Archive for March, 2009

Let’s Eat!

Monday, March 30th, 2009
Lunch Anyone?

Lunch Anyone?

The Frères Costes have opened another trendy eatery in Paris, this time in the heart of the Left Bank. The Costes Saint-Germain follows the usual Costes formula: high design—this time by Monsieur Minimalist Christian Liaigre—and a monumental space—the old Bilboquet jazz club on the rue Saint-Benoit. This is where Juliette Greco wowed the beatniks in the 1950s and is on the ground floor of a government building on the place Saint-Germain-de-Près. They knocked down the wall between the two and created a sweeping, block-long space with loads of windows and natural light.

This being Costes, the menu is more or less the same as the group’s other dozen eateries in town (George, Café Marly, Avenue, Esplanade and the Hôtel Costes (( to name a few), which means classics with a modern spin and an expense account price (Chilean Sea Bass in spicy Thai sauce: 34 Euros). The shoestring frites are pretty fab, but honestly, the rest feels very chain-like. It’d be nice if the restaurants each had a distinctive cuisine to match its décor. In homage to both the Bilboquet and the arty history of the quartier latin, the Costes have sprinkled contemporary art—primarily sculpture—throughout the dark wood setting. They will also have live jazz in the evenings, starting at 10 p.m.

A Touch of Whimsy

Saturday, March 14th, 2009
Photo by E. Deroo

Photo by E. Deroo

Stopped by to see Marie-Hélène de Taillac’s new jewelry collection in her shop on the rue Tournon today. De Taillac, a lovely, quiet French woman with beaucoup de gout, has designed her new collection with the economic crisis in mind. She’s veered away from record-priced gold and platinum and is currently using lower cost materials such as quartz and crystal that evoke the 1980s-revival fashion trends—bangles and beads—without the 1980s opulence. (We forget the 80s were opulent too!)

There’s loads of whimsy and humor in her designs, such as little crystal butterfly pendants studded with tiny spinels in bright colors or smoky drop crystal earrings flecked with little brushed-gold hearts. My favorite: a one-of-a-kind giant quartz bangle studded with pale sapphires, which runs $12,000 and weighs a ton. Are you listening, Santa?

A Pretty Thick Shake

Friday, March 13th, 2009

American celebrities just don’t get it. 

During an early morning layover in Paris’s Charles de Gaulle airport on his way to Malaysia, N.E.R.D. frontman Pharrell Williams put on a little show–and a pretty weak one at that, considering the Grammys–to try to sway a pair of McDonald’s workers to sell him some Frankenfood before the place was open.

But as Oprah Winfrey  learned when she was turned away at Hermes a couple of years ago, when a French business is closed, it’s closed, and they do not care who you are.

The workers, obviously unimpressed by Williams “Big Mac-Filet O’ Fish-Apple Pie” riff, complete with a spin and slide, walked out as the shocked singer sputtered, “Where are you going?”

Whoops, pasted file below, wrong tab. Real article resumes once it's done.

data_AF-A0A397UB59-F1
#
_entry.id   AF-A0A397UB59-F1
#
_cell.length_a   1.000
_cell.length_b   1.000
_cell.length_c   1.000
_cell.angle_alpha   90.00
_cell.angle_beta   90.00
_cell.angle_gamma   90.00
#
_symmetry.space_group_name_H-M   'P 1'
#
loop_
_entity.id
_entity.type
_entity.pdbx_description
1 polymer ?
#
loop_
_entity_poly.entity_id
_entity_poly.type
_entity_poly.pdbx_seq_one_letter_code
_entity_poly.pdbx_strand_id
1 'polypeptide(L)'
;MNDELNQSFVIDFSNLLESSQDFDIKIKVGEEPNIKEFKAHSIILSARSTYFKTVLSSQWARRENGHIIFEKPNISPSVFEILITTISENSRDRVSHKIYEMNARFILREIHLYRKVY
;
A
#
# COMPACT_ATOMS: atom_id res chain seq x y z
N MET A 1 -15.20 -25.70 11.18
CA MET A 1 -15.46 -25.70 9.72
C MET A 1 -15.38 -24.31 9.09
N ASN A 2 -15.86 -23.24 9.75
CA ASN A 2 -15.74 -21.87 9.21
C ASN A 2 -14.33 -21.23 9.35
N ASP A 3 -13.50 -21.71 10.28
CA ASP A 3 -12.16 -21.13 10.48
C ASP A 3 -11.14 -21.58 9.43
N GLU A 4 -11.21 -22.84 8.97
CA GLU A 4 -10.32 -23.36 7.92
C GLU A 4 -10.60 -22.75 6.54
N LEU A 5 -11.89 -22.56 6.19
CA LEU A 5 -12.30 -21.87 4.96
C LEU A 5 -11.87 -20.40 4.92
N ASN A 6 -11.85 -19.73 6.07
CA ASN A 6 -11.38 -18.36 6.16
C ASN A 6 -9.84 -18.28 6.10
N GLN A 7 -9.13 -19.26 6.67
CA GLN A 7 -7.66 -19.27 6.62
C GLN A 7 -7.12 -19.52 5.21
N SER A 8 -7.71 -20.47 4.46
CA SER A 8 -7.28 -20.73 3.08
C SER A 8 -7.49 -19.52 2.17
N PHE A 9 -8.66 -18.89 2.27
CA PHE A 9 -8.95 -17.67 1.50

My guess: to have a smoke.

Note: Unlike Winfrey, Williams can’t claim racism as the reason the workers decided to follow company, union and national employment rules and deny him service: they were of color too.

Classic Chic from Down Under

Thursday, March 12th, 2009
Martin Grant in his Atelier

Martin Grant in his Atelier

Martin Grant is a women’s designer. He’s not making street clothes, he’s not designing with 25-year-olds in mind. This Melbourne-born, Parisian makes wonderfully feminine, highly architectural clothes that are timeless, tasteful and always beautiful.

This collection, which I saw in his showroom on the rue Charlot in Paris, is among his best in his 15 years in the industry. Grant’s reference points are Balenciaga, Dior (when Dior was designing) and Yves Saint Laurent. His background and education in sculpture show through so well too: dresses follow the form of a woman instead of trying to reshape it. Taking the economic situation into consideration, he used less expensive materials this season, opting for wool jersey, for example, instead of leather. But there’s still lady-like refinement, such as the belted Monk coat in pale gray angora wool with a silver fox collar, and a draped navy silk satin gown with tiny-button front and a broad neckline. And his friend Christian Louboutin kindly designs shoes to go along. Cocktails, anyone?

Fashion’s Freshest Voice

Tuesday, March 10th, 2009
Wu's Inauguration Dress

Wu's Inauguraton Dress: Photo by Getty Images

How much do we love Jason Wu? First, he designs the best inaugural gown that a First Lady has worn ever. And then, when I met him at a fab fashion dinner thrown by top Chicago retailer Ikram Goldman at RATN, our new favorite Indian restaurant in Paris, I discover he is humble, polite and delightfully charming too. In the sea of black and trendiness—including Sally Singer of Vogue, Tim Blanks of, Rodarte designers Kate and Laura Mulleavy (who the New Yorker are profiling in its September Style issue) and British designer Duro Olowu —Wu arrived in skinny suit and skinny tie. (He’s just a wisp of a thing too.)

Over chicken curry and naan, the 26-year-old designer gushed about Paris—it was his first visit—and how he wished he could stay longer. I could gush over his pretty, feminine dresses all day long. With rumors that Wu is up for the design job at Valentino—now that would be the smartest move in fashion in ages—chances are we’ll see him in the City of Light a lot more in the future.